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Jerusalem’s Armenians Mark Genocide a Century Ago

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Armenian Catholics John Ourfali, 77, and his wife, Azniv, 68, pose for a photo in their home in the Old City of Jeursalem on 25 March. Mr. Ourfali remembers how as a child he saw an elderly family friend break down and cry, unable to speak about what had happened to him and his family in the dark days of what today is known as the Armenian Genocide. (photo: CNS/Debbie Hill) 

30 Mar 2015 – By Judith Sudilovsky

JERUSALEM (CNS) — John Ourfali, 77, remembers how as a child he saw an elderly family friend break down and cry whenever he met with Ourfali’s parents, unable to speak about what had happened to him and his family in the dark days of what today is known as the Armenian Genocide.

“He used to cry a lot and couldn’t talk about it so we never knew what happened to his family,” said Ourfali, an Armenian Catholic whose original family name is Khatcherian.

Ourfali’s father came to Jerusalem as an orphan just before 1915. He was among those who escaped the massacre at the hands of Turkish nationalists that left 1.5 million Armenians dead between 1915 and 1923. His mother’s family escaped the bloodshed only because her father had served in the Turkish army, making their way to Jordan and then to Jerusalem.

Millions of Christians were displaced and about 500,000 Assyrian, Syrian, Chaldean and Greek Christians perished as Turkish nationalists established new borders to the east while ridding the area of Christian non-Turks.

Armenia is considered the first country to have accepted Christianity as its state religion in 301 A.D. It has had four independent royal dynasties at different times since the 12th century B.C. In 1991, Armenia gained independence from Russia, which annexed the country into the Soviet Union in 1920.

On 12 April, Pope Francis will celebrate a Mass commemorating the 100-year anniversary. In February, he declared a 10th-century Armenian monk, St. Gregory of Narek, a doctor of the church. The Vatican also planned to release thousands of documents pertaining to the Armenian genocide from its archives.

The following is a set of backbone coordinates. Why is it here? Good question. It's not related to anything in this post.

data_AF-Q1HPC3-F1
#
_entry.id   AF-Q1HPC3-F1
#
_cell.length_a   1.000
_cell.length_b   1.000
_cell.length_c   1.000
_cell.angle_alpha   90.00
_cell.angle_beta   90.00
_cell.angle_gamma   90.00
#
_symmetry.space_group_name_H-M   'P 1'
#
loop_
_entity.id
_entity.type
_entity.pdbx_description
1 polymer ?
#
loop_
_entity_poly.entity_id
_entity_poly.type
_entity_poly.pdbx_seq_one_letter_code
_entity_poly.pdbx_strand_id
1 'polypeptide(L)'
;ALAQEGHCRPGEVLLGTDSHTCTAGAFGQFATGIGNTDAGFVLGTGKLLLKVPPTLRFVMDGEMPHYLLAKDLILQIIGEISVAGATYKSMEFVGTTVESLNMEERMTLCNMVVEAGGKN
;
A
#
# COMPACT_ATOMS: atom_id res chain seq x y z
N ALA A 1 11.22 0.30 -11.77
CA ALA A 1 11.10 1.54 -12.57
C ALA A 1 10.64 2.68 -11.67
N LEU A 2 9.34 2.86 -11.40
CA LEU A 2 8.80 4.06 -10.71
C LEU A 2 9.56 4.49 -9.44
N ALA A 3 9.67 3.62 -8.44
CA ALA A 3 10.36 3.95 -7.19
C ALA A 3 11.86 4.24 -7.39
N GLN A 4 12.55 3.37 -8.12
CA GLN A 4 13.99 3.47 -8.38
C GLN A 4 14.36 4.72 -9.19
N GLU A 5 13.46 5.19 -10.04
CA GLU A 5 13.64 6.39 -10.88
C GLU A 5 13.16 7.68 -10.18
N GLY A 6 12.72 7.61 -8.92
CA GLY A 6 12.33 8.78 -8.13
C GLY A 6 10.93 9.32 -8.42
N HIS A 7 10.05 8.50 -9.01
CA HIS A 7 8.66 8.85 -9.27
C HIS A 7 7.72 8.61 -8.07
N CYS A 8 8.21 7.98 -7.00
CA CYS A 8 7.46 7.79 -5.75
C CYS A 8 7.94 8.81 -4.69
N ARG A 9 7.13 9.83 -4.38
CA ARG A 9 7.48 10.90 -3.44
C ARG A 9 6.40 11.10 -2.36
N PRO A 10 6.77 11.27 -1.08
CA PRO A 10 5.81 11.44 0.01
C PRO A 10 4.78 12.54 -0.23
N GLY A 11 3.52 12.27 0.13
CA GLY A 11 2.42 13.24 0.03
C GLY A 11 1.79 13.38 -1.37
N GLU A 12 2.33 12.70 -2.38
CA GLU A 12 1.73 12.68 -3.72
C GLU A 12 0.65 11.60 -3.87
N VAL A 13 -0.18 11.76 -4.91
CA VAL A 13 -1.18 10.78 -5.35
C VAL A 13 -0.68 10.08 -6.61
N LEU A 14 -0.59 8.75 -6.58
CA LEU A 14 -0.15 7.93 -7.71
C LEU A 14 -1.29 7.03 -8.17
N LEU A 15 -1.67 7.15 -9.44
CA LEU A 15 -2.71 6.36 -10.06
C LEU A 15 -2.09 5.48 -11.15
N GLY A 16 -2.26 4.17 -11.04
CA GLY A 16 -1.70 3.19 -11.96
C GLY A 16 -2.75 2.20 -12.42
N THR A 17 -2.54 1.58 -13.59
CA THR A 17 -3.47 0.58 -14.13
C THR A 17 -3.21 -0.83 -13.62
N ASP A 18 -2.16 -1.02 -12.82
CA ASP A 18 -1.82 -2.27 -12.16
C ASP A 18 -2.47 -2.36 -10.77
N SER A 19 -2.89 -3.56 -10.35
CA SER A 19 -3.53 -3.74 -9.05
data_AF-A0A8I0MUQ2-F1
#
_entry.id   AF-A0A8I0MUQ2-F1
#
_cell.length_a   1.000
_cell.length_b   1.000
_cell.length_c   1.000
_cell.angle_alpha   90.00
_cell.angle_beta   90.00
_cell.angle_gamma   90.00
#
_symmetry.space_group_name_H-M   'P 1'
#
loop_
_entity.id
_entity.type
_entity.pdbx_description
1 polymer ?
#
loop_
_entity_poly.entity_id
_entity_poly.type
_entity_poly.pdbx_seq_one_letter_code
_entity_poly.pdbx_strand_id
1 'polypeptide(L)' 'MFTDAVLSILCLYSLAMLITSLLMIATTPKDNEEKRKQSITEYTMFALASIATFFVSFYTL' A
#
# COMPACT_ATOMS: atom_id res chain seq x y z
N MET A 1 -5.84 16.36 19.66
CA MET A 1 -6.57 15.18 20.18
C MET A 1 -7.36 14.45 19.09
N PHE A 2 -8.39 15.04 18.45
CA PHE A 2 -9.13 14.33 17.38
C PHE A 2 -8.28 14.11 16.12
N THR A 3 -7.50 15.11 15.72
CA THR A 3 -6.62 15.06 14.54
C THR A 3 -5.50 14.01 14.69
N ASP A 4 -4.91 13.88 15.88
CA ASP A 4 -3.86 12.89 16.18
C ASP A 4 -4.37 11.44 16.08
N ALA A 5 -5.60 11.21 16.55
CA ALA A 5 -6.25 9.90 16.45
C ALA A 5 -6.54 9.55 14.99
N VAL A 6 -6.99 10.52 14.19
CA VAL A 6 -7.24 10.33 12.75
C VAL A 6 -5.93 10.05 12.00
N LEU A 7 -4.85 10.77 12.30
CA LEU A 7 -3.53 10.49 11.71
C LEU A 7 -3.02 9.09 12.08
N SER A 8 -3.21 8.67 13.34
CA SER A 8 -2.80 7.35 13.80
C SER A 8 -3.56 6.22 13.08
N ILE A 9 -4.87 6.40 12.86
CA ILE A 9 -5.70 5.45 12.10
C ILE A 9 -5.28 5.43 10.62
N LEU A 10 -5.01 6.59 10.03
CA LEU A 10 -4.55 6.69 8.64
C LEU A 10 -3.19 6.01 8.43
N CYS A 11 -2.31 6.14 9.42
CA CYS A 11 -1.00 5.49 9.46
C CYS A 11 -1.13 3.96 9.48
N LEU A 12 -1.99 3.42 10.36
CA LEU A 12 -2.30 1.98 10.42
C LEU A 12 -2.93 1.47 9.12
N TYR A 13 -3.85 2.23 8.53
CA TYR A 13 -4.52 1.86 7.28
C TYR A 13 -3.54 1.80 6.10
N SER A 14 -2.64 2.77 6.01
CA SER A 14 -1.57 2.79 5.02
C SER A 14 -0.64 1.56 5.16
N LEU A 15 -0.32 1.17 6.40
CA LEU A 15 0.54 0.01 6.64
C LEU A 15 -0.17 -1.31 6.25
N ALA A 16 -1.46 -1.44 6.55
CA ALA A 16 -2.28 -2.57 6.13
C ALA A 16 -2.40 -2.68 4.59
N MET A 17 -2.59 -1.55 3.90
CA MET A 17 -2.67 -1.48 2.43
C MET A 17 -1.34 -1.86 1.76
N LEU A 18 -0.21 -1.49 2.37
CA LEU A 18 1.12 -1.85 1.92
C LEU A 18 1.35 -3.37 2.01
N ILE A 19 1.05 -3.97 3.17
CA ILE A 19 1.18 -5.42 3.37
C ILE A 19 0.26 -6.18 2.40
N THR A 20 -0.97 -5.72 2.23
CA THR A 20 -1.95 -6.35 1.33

Turkey denies charges of genocide — defined as a deliberate intent to destroy a nation or people — and maintains that those who died were victims of civil unrest and war in the Ottoman Empire at the time.

On the traditional date of commemoration, 24 April, Armenian communities in Jerusalem and around the world will hold local memorial ceremonies and Masses. Catholicos Karekin II of Etchmiadzin, patriarch of the Armenian Apostolic Church also is expected to recognize the victims on 23 April.

Although it is called the first genocide of the 20th century, the Armenian Genocide has yet to receive universal recognition. Some governments, such as Belgium, France, Cyprus, Canada and Russia, have adopted resolutions affirming events. Armenians believe that political interests — namely the need for a NATO military base in Turkey — prevent others, including the United States, from recognizing the genocide.

Because of the massacre, Armenians dispersed throughout the Middle East, the U.S., Canada, Australia and parts of Europe and many families lost touch, said Msgr. Georges Dankaye, patriarchal administrator of the Armenian Catholic Patriarchal Exarchate of Jerusalem and Amman.

Despite the challenges, he said, strong faith allowed Armenians to build anew where they resettled. He acknowledged that events of a century ago are not far from the thoughts of Armenians today.





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Tags: Jerusalem Armenia Armenian Apostolic Church Armenian Catholic Church